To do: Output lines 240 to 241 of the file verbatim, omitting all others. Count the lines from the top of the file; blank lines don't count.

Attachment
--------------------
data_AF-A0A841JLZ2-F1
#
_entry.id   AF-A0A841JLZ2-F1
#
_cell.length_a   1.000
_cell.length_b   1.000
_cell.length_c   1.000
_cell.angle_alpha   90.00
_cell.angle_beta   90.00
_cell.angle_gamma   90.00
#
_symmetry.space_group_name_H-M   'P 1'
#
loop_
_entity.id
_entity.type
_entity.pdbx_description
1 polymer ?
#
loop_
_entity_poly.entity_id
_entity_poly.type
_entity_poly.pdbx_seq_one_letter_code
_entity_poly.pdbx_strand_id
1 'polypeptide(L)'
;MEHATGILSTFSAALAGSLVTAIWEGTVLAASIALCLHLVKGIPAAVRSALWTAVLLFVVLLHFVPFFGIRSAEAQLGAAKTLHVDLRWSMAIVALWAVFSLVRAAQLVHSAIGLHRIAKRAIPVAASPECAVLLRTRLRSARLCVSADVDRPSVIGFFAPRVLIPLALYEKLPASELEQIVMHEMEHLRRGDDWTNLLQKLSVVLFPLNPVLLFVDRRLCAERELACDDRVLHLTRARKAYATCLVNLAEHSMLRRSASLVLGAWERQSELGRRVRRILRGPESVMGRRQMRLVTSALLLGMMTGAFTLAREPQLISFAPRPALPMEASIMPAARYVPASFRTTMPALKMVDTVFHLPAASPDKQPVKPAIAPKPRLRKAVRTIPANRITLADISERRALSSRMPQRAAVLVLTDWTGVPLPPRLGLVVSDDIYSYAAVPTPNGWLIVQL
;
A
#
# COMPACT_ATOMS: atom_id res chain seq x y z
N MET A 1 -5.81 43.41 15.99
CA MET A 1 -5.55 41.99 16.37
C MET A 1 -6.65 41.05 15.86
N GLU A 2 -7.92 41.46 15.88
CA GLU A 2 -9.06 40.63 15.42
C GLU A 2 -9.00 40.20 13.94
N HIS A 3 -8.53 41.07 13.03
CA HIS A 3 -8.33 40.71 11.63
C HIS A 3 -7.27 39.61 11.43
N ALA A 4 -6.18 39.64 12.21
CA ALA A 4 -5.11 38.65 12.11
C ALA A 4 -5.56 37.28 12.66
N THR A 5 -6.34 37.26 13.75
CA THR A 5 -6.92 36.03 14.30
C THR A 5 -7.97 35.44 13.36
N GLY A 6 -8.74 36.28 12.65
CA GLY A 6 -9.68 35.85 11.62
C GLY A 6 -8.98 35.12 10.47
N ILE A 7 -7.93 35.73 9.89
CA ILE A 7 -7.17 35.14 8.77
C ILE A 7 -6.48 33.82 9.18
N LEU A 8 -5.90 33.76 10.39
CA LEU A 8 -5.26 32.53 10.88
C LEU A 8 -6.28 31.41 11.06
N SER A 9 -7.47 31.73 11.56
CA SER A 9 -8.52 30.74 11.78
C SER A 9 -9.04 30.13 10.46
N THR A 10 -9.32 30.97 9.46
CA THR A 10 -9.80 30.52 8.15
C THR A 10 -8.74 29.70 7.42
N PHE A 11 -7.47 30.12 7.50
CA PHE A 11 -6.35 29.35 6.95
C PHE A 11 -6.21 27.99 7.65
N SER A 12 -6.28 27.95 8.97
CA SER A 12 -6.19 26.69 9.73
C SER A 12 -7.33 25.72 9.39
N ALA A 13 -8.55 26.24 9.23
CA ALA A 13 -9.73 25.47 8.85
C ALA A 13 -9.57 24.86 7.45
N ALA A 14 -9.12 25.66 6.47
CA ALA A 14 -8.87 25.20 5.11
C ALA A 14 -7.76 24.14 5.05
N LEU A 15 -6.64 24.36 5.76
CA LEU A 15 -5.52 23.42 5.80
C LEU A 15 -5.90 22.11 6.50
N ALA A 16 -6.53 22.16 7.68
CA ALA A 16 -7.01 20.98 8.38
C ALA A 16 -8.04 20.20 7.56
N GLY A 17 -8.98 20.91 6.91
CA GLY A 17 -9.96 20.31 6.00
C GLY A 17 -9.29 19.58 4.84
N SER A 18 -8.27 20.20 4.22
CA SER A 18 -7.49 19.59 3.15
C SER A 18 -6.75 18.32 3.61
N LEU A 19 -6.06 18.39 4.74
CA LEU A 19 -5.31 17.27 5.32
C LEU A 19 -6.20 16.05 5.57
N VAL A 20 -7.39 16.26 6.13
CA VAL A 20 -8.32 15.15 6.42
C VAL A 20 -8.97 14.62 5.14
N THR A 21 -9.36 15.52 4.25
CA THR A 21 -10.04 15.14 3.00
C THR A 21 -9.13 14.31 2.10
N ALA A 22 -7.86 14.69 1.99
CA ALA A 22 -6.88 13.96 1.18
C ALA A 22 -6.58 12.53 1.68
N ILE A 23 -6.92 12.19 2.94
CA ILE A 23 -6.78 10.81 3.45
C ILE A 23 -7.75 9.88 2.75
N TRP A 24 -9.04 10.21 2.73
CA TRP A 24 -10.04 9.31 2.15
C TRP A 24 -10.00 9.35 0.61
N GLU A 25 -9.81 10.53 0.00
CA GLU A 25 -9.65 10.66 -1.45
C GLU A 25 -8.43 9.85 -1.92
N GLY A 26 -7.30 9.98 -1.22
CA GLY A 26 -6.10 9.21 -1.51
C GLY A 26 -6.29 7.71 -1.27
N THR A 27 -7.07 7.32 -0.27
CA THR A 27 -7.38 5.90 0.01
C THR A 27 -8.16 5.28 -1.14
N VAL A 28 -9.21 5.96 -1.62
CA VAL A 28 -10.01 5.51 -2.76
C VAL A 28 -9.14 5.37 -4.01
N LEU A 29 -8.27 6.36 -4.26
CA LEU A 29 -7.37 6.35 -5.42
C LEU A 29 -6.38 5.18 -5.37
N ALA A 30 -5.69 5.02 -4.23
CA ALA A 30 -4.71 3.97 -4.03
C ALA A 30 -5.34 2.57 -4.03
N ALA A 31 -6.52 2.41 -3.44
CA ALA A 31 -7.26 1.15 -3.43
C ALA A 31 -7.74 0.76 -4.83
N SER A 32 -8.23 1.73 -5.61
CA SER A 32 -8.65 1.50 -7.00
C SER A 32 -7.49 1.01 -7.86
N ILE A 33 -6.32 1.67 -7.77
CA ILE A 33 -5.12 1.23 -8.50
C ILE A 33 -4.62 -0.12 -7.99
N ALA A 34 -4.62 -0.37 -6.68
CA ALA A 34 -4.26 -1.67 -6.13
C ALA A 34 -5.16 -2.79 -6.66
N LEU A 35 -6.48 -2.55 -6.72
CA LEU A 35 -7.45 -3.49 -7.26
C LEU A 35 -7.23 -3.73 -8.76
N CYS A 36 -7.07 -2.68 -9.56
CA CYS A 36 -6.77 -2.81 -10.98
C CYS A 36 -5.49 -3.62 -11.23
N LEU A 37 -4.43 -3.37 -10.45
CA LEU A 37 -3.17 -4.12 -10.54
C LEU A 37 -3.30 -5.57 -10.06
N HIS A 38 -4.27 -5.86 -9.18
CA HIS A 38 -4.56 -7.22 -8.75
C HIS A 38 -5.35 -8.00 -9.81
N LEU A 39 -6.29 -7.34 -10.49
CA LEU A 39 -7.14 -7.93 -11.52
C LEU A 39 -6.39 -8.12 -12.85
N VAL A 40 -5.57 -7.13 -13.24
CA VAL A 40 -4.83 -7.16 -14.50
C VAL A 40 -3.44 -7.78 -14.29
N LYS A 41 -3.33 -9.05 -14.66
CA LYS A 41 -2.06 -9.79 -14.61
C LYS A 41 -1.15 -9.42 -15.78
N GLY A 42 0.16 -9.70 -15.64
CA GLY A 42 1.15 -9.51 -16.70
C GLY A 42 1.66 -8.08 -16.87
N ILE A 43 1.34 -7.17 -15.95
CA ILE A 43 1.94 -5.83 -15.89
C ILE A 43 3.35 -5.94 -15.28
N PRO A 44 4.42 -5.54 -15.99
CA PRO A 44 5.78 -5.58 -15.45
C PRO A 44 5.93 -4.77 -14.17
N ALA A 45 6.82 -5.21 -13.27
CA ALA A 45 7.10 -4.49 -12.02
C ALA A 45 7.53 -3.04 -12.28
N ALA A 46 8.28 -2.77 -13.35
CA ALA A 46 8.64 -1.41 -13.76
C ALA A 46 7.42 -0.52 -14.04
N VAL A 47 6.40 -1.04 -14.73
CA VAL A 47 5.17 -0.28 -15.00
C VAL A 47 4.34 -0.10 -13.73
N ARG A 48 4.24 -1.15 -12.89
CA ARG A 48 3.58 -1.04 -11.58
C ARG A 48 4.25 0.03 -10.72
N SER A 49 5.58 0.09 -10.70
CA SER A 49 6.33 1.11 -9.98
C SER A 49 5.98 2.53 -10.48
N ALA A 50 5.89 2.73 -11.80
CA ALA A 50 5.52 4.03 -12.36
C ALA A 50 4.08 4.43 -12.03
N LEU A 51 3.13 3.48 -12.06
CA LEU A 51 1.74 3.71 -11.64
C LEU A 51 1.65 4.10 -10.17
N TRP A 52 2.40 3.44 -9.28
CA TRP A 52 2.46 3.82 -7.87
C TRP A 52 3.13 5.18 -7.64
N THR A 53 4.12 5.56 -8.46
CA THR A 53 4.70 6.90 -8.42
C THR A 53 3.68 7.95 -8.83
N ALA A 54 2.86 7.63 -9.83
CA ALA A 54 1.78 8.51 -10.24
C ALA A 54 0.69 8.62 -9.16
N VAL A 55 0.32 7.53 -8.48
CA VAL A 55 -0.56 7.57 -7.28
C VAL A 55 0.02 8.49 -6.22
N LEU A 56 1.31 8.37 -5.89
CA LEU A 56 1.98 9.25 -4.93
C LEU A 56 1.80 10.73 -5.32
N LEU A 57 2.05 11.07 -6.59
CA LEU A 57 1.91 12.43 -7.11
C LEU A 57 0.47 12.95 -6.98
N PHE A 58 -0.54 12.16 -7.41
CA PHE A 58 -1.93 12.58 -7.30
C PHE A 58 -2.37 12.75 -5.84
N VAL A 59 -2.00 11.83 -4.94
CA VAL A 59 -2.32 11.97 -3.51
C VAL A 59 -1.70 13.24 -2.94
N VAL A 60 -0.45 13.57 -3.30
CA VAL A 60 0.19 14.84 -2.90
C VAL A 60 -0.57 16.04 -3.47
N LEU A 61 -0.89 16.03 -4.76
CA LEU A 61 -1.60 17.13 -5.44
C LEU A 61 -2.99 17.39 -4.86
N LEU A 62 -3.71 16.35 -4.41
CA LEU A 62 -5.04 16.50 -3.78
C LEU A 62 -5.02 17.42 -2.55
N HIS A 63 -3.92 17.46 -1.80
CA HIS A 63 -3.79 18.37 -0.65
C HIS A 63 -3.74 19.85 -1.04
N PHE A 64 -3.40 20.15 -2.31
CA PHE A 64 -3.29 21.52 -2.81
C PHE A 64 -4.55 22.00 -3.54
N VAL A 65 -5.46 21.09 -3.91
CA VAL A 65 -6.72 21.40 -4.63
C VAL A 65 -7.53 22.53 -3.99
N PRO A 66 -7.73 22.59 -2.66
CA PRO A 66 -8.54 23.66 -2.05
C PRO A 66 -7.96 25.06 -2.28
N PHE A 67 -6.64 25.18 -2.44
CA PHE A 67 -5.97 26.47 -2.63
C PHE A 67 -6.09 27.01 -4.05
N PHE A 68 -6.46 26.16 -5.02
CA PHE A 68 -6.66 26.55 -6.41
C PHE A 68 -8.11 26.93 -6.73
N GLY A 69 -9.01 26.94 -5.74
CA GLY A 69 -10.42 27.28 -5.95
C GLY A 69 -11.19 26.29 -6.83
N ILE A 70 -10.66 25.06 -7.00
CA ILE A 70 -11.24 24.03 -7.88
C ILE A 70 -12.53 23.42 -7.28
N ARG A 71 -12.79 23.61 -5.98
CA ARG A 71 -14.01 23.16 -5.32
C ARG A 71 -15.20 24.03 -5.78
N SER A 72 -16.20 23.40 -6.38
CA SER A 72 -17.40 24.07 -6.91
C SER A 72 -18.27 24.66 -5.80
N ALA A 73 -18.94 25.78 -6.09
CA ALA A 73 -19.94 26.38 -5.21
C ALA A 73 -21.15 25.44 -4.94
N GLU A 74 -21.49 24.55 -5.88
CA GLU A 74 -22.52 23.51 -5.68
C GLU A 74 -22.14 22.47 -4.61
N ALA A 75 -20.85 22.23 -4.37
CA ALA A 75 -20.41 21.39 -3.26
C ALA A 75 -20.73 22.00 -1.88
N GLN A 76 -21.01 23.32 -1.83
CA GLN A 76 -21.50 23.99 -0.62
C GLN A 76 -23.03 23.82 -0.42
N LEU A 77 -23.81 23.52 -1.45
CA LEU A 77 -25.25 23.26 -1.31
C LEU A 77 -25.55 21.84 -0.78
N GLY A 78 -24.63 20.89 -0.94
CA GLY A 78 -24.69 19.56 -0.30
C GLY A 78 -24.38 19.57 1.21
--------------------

C ILE A 70 -12.53 23.42 -7.28
N ARG A 71 -12.79 23.61 -5.98